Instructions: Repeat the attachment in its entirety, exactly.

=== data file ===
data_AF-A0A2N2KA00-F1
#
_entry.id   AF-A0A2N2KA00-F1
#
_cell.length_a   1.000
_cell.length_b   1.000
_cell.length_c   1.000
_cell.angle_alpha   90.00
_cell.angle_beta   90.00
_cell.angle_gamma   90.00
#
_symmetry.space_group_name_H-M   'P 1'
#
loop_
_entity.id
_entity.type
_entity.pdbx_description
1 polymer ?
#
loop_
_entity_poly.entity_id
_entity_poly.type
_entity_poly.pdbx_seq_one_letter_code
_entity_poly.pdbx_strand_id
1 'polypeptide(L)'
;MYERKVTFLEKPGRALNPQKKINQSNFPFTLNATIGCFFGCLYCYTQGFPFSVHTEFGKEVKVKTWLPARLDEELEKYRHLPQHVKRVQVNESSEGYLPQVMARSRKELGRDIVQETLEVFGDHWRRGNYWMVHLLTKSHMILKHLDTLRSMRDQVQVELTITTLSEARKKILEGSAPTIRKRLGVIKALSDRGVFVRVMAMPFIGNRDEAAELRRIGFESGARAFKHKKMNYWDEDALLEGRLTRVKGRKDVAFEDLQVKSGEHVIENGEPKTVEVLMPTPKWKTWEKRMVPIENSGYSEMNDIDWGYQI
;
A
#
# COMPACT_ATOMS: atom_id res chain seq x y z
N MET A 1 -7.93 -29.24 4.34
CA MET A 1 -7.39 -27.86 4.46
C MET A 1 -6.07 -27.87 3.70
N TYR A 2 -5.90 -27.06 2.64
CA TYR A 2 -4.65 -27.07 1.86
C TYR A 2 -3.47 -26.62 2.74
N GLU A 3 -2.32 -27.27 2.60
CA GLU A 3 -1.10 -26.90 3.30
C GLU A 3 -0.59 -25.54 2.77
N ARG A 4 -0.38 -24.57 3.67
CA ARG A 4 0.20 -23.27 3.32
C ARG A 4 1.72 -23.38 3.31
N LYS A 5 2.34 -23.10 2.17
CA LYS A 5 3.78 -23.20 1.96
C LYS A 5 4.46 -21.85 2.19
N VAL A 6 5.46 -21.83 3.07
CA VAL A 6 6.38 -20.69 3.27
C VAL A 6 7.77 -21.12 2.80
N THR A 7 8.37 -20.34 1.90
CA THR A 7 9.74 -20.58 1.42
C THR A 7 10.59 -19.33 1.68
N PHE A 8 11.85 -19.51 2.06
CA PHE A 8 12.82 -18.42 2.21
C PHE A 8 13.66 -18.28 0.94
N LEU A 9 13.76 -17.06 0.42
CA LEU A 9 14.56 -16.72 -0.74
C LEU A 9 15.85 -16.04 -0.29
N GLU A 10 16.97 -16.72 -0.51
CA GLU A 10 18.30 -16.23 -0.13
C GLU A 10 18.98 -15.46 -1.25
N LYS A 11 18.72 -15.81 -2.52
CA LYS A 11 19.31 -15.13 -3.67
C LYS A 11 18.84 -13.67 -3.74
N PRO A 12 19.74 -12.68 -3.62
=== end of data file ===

data_AF-A0A2N2KA00-F1
#
_entry.id   AF-A0A2N2KA00-F1
#
_cell.length_a   1.000
_cell.length_b   1.000
_cell.length_c   1.000
_cell.angle_alpha   90.00
_cell.angle_beta   90.00
_cell.angle_gamma   90.00
#
_symmetry.space_group_name_H-M   'P 1'
#
loop_
_entity.id
_entity.type
_entity.pdbx_description
1 polymer ?
#
loop_
_entity_poly.entity_id
_entity_poly.type
_entity_poly.pdbx_seq_one_letter_code
_entity_poly.pdbx_strand_id
1 'polypeptide(L)'
;MYERKVTFLEKPGRALNPQKKINQSNFPFTLNATIGCFFGCLYCYTQGFPFSVHTEFGKEVKVKTWLPARLDEELEKYRHLPQHVKRVQVNESSEGYLPQVMARSRKELGRDIVQETLEVFGDHWRRGNYWMVHLLTKSHMILKHLDTLRSMRDQVQVELTITTLSEARKKILEGSAPTIRKRLGVIKALSDRGVFVRVMAMPFIGNRDEAAELRRIGFESGARAFKHKKMNYWDEDALLEGRLTRVKGRKDVAFEDLQVKSGEHVIENGEPKTVEVLMPTPKWKTWEKRMVPIENSGYSEMNDIDWGYQI
;
A
#
# COMPACT_ATOMS: atom_id res chain seq x y z
N MET A 1 -7.93 -29.24 4.34
CA MET A 1 -7.39 -27.86 4.46
C MET A 1 -6.07 -27.87 3.70
N TYR A 2 -5.90 -27.06 2.64
CA TYR A 2 -4.65 -27.07 1.86
C TYR A 2 -3.47 -26.62 2.74
N GLU A 3 -2.32 -27.27 2.60
CA GLU A 3 -1.10 -26.90 3.30
C GLU A 3 -0.59 -25.54 2.77
N ARG A 4 -0.38 -24.57 3.67
CA ARG A 4 0.20 -23.27 3.32
C ARG A 4 1.72 -23.38 3.31
N LYS A 5 2.34 -23.10 2.17
CA LYS A 5 3.78 -23.20 1.96
C LYS A 5 4.46 -21.85 2.19
N VAL A 6 5.46 -21.83 3.07
CA VAL A 6 6.38 -20.69 3.27
C VAL A 6 7.77 -21.12 2.80
N THR A 7 8.37 -20.34 1.90
CA THR A 7 9.74 -20.58 1.42
C THR A 7 10.59 -19.33 1.68
N PHE A 8 11.85 -19.51 2.06
CA PHE A 8 12.82 -18.42 2.21
C PHE A 8 13.66 -18.28 0.94
N LEU A 9 13.76 -17.06 0.42
CA LEU A 9 14.56 -16.72 -0.74
C LEU A 9 15.85 -16.04 -0.29
N GLU A 10 16.97 -16.72 -0.51
CA GLU A 10 18.30 -16.23 -0.13
C GLU A 10 18.98 -15.46 -1.25
N LYS A 11 18.72 -15.81 -2.52
CA LYS A 11 19.31 -15.13 -3.67
C LYS A 11 18.84 -13.67 -3.74
N PRO A 12 19.74 -12.68 -3.62